war crimes in Ukraine

The Tribunal for Putin (T4P) global initiative was set up in response to the all-out war launched by Russia against Ukraine in February 2022.

Death before a sentence: Russia is killing two Crimean Tatar political prisoners

Halya Coynash
One of the five cloned ‘trials’ with which Russia is trying to deflect attention from its attack on Crimean Tatar civic journalists and activists is likely to result in the death of two of the five recognized political prisoners

From left Dzhemil Gafarov, Servet Gaziev after his stroke in August 2021 Photos Crimean Solidarity

One of the five cloned ‘trials’ with which Russia is trying to deflect attention from its  attack on Crimean Tatar civic journalists and activists is likely to result in the death of two of the five recognized political prisoners.  There is virtually no movement in the ‘trial’ of 61-year-old Servet Gaziev, Dzhemil Gafarov (59) and three other men due to the number of hearings that have needed to be adjourned because one or both of the men were too unwell to take part.    

On 26 August, presiding judge Valery Opanasenko announced that Gaziev could not take part in the hearing due to ‘facial nerve paralysis’ on the right-hand side. This, Opanasenko said, was a diagnosis given that day by a Rostov Regional Penitentiary Service hospital doctor.  The lawyers stated that it would infringe Gaziev’s rights if the hearing continued without him, a position that was supported, not only by the other four defendants, but by the state prosecutor.  The hearing was, therefore, adjourned until 2 September.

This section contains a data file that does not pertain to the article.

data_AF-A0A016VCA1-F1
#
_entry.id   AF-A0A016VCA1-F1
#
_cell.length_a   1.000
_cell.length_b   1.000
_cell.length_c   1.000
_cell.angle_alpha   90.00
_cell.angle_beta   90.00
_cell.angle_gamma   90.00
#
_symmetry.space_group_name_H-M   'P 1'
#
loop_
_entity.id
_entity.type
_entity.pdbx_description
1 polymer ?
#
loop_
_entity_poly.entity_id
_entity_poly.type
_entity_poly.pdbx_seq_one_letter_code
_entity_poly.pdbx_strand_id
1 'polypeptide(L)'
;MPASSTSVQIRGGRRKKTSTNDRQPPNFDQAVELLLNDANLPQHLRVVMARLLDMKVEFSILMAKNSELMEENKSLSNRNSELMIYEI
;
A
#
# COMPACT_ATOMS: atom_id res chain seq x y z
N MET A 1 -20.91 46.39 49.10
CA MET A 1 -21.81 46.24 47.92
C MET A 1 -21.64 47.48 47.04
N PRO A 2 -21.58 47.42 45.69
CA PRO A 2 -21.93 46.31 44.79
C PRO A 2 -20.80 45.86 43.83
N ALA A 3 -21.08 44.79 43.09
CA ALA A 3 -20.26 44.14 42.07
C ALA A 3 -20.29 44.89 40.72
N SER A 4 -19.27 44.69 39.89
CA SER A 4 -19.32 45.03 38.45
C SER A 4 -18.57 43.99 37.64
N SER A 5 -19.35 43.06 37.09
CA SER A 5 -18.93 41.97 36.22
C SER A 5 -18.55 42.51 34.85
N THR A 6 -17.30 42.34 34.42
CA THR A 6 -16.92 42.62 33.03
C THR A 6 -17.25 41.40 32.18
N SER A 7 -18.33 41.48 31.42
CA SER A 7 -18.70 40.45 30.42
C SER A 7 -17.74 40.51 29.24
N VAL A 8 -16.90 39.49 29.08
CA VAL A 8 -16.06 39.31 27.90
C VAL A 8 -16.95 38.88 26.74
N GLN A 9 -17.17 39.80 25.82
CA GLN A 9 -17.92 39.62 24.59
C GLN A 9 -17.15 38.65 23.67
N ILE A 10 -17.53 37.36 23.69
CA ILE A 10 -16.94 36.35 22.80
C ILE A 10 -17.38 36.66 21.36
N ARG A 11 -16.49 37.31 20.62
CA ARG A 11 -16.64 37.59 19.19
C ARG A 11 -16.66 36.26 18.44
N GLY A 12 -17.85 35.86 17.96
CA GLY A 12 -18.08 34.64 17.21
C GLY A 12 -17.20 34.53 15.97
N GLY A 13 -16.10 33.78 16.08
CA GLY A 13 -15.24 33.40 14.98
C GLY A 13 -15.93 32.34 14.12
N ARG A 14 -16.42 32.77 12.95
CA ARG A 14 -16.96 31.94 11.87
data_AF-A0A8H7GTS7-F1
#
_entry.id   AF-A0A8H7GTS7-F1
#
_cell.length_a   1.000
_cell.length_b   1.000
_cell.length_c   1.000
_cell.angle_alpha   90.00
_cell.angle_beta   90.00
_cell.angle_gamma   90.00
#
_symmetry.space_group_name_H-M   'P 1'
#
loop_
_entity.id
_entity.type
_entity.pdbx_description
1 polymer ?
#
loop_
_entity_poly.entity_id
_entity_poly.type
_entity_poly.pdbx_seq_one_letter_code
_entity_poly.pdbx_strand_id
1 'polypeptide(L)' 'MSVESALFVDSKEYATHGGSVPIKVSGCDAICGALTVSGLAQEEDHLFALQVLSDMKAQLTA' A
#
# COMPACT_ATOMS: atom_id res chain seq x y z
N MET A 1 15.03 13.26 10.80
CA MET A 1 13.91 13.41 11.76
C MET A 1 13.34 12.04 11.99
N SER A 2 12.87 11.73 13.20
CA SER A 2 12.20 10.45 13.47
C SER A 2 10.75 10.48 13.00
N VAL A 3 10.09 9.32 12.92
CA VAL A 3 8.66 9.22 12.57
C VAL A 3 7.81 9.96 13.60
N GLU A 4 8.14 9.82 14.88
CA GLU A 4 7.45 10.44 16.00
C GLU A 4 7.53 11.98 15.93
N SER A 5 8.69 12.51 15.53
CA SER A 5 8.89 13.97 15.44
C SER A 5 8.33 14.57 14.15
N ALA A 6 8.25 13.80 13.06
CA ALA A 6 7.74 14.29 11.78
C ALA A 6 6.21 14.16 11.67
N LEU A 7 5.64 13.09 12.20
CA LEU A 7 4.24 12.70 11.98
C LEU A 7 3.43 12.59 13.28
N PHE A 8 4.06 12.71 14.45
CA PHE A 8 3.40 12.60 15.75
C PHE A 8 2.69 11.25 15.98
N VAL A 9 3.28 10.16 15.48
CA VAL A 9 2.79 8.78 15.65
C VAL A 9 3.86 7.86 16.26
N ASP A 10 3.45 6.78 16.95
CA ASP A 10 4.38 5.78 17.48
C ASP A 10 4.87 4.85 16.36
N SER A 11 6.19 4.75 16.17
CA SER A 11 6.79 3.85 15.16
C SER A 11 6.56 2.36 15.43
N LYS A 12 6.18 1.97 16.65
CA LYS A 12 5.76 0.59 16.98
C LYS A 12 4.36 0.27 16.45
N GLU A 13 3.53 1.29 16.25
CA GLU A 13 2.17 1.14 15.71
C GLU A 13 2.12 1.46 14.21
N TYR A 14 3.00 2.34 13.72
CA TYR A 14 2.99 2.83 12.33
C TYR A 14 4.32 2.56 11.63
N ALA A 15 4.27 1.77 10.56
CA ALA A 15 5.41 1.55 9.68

The diagnosis was, at best, incomplete, since what was referred to as ‘facial nerve paralysis’ is very clearly the result of a mini stroke which Gaziev suffered at the end of June.  As reported, on 9 July, veteran Russian human rights defender Lev Ponomaryov filed a formal demand for information about Gaziev’s state of health with both the Rostov Regional Penitentiary Service and the Prosecutor’s Office.  Crimean Solidarity has learned that Ponomaryov was told that information would not be provided about Gaziev’s health as this was confidential medical information.  It was, however, claimed that Gaziev’s state of health was “satisfactory” and that he did not require urgent medical care and hospitalization.

One might agree that a person’s medical records are confidential were it not for ample evidence, both in this case, and in those of other Ukrainian political prisoners, that the Penitentiary Service is concealing the real situation.  It has been clear since the beginning of this ‘trial’, that the SIZO [remand prison] staff are simply pump Gaziev up with painkillers before each hearing in the hope that, in this way, his ‘presence’ can be ticked off. Gaziev’s sister, Svitlana Ablyamitova, has been sounding the alarm for months now.  As a doctor, she is aware how dangerous it is to overuse painkillers in this fashion, especially since Gaziev is experiencing acute stomach pain, and believes that they can only be still further harming her brother’s health.  One of the many ambulance doctors who has needed to be called concluded that Gaziev was suffering from chronic cholecystitis - an inflammation of the gallbladder, causing abdominal pain, vomiting and possibly fever. That, of course, was a diagnosis based on a brief examination and initial assessment of the symptoms, whereas Gaziev should have been hospitalized and had a lot of tests done.